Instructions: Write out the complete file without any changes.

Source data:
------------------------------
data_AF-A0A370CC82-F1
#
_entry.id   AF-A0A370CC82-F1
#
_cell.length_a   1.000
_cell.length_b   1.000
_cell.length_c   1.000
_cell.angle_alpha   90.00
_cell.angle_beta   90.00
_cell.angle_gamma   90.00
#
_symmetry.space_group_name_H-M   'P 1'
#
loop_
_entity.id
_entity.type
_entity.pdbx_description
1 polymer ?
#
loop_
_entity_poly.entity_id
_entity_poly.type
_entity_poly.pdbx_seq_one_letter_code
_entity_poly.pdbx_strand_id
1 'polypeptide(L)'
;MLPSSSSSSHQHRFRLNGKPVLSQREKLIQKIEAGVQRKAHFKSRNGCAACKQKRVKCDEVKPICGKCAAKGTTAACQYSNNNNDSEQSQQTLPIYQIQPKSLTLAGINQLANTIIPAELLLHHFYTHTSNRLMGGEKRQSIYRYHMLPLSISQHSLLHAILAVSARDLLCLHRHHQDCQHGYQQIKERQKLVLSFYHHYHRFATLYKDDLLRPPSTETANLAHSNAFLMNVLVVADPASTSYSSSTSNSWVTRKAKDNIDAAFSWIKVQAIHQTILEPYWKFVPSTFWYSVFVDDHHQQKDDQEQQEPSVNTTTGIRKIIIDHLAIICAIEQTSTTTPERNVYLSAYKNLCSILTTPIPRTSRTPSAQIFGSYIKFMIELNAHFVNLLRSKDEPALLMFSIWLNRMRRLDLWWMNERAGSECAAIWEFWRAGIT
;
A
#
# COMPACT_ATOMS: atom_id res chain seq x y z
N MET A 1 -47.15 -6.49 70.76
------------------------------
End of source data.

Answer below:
data_AF-A0A370CC82-F1
#
_entry.id   AF-A0A370CC82-F1
#
_cell.length_a   1.000
_cell.length_b   1.000
_cell.length_c   1.000
_cell.angle_alpha   90.00
_cell.angle_beta   90.00
_cell.angle_gamma   90.00
#
_symmetry.space_group_name_H-M   'P 1'
#
loop_
_entity.id
_entity.type
_entity.pdbx_description
1 polymer ?
#
loop_
_entity_poly.entity_id
_entity_poly.type
_entity_poly.pdbx_seq_one_letter_code
_entity_poly.pdbx_strand_id
1 'polypeptide(L)'
;MLPSSSSSSHQHRFRLNGKPVLSQREKLIQKIEAGVQRKAHFKSRNGCAACKQKRVKCDEVKPICGKCAAKGTTAACQYSNNNNDSEQSQQTLPIYQIQPKSLTLAGINQLANTIIPAELLLHHFYTHTSNRLMGGEKRQSIYRYHMLPLSISQHSLLHAILAVSARDLLCLHRHHQDCQHGYQQIKERQKLVLSFYHHYHRFATLYKDDLLRPPSTETANLAHSNAFLMNVLVVADPASTSYSSSTSNSWVTRKAKDNIDAAFSWIKVQAIHQTILEPYWKFVPSTFWYSVFVDDHHQQKDDQEQQEPSVNTTTGIRKIIIDHLAIICAIEQTSTTTPERNVYLSAYKNLCSILTTPIPRTSRTPSAQIFGSYIKFMIELNAHFVNLLRSKDEPALLMFSIWLNRMRRLDLWWMNERAGSECAAIWEFWRAGIT
;
A
#
# COMPACT_ATOMS: atom_id res chain seq x y z
N MET A 1 -47.15 -6.49 70.76